Grow your CSS skills. Land your dream job.

Avoid the “are you human?” field

  • # July 11, 2013 at 9:57 am

    Hi,
    I just came back from a workshop where there was this guy who showed a webpage with a form on it. At the bottom of said form there was the usuale “Prove you’re human by adding 3 and 4″.

    I started thinking, is there really not a better way to avoid bots and spam? So I thought it would be an interesting topic to discuss.
    I thought a solution would be to detect mouse click (also works on touch devices) or mousemove events on the document, to see if the user really has a pointing device (I don’t think bots have a mouse).

    For those who don’t have javascript enabled we could just add a noscript tag and prompt them with the usuale “add 2 and 3″ question.

    I’m not facing this issue right now, I just want to hear what the community thinks.

    Jonas

    # July 11, 2013 at 10:02 am

    At the end of it all, you are still requiring some user interaction aren’t you?

    Whether it be “add 3+4″ or “click here” is irrelevant.

    I confess that JS is not my area of expertise but if you are going to enable the “Add” option for ‘no-js’ then it might as well be there for the ‘has-js’ side too…No?

    # July 11, 2013 at 10:11 am

    Something some plug-ins use is basically the reverse. There is a hidden captcha without information filled in. If the information DOES get populated, you know it was a bot..perhaps this would work for you?

    # July 11, 2013 at 10:23 am

    @Justin That would be a solution

    @Paulie I wasn’t saying to add a “click here” button, but rather a hidden listener that listens for clicks or mouse movements. something like

    $(‘document’).on(‘click’, function() {
    isHuman = true;
    });

    and then you submit the form only if isHuman is true. I hope this makes sense

    # July 11, 2013 at 10:28 am

    What…any click/touch anywhere?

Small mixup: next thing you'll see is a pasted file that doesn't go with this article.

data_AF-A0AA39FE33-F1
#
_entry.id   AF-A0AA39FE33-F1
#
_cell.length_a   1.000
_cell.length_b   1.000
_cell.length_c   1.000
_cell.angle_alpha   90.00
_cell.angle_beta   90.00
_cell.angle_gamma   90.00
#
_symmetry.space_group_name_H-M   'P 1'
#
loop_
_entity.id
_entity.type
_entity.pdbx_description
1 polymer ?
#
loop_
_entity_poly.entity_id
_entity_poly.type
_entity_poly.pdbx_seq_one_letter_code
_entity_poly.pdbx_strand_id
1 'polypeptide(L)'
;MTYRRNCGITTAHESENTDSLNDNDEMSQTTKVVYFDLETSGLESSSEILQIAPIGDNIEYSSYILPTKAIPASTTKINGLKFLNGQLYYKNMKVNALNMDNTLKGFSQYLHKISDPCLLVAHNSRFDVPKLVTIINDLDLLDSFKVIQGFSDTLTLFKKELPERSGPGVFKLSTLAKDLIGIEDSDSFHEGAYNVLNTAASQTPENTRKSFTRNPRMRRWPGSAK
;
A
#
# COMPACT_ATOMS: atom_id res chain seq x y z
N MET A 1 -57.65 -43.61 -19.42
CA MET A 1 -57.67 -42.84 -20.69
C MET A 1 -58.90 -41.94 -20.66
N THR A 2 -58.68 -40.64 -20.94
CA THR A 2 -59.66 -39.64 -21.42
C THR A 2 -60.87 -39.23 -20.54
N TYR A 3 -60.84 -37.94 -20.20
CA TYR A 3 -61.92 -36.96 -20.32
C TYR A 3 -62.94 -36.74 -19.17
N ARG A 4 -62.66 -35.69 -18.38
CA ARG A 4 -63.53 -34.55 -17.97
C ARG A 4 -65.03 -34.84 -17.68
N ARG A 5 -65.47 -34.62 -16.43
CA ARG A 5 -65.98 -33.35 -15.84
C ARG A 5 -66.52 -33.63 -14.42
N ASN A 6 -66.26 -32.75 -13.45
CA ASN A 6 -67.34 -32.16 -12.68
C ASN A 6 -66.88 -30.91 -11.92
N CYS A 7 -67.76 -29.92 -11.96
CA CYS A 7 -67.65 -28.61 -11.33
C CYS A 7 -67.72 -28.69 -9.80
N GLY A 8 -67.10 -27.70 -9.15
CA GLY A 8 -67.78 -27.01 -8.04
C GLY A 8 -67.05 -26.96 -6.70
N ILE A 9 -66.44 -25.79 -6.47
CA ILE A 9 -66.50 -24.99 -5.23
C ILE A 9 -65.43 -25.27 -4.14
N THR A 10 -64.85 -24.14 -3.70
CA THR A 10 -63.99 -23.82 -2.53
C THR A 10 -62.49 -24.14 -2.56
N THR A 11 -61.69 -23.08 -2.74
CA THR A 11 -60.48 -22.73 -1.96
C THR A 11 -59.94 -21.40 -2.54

I suppose that would work but I fall back to my question regarding the ‘no-js’ option.

    If you’re going to put that in anyway then you might as well use it for both ‘no-js’ and ‘has-js’.

    # July 11, 2013 at 10:34 am

    No, because that would force the user to fill in the field. What I’m trying to achieve is to find a way of detecting humans sitting in front of the computer without them noticing.

    # July 11, 2013 at 10:36 am

    > Something some plug-ins use is basically the reverse. There is a hidden captcha without information filled in. If the information DOES get populated, you know it was a bot..perhaps this would work for you?

    This is called a honey pot and it’s just what I came here to say :P

    # July 11, 2013 at 10:50 am

    >What I’m trying to achieve is to find a way of detecting humans sitting in front of the computer without them noticing.

    Yes, I get that but my point is that **if** you are going to do something for the no-js side of things then it’s only logical to use the same for the ‘has-js’ side.

    I suppose you could bypass that form field if js is enabled, using your method, though.

    # July 15, 2013 at 11:16 am

    Capatcha and reCapatcha are currently the web standards in avoiding bots, however over time the text you need to type out has become almost illegible, and it’s getting pretty ridiculous, I agree that it would be great to see a new, easier and quicker solution.

    # July 15, 2013 at 11:54 am

    bots are getting better at captchas. In the meantime, spammers are outsourcing captchas to “data entry” workers in India.

    # July 15, 2013 at 12:37 pm

    yep, more and more spam is being done by low paid humans rather than bots.

    # July 15, 2013 at 1:02 pm

    > yep, more and more spam is being done by low paid humans rather than bots.

    How are the hardworking bots supposed to feed their family and little spiderbot kids if humans are taking their work?

    But seriously, that must be a really bad job for those people, sad to hear spam has come to THAT.

    # July 15, 2013 at 1:27 pm

    Simple job for someone where $2 a day will feed their family. It’s a no brainer really, and not much different from telemarketers traditionally.

    # July 15, 2013 at 1:31 pm

    Average retail price (as of 2010) was $2/1000 captchas. A good worker could solve 800 in an hour. Quite an assembly line.

    # July 15, 2013 at 3:48 pm

    10-12 hours a day, 5 days a week… decent living in many parts of the world.

Viewing 15 posts - 1 through 15 (of 15 total)

You must be logged in to reply to this topic.

*May or may not contain any actual "CSS" or "Tricks".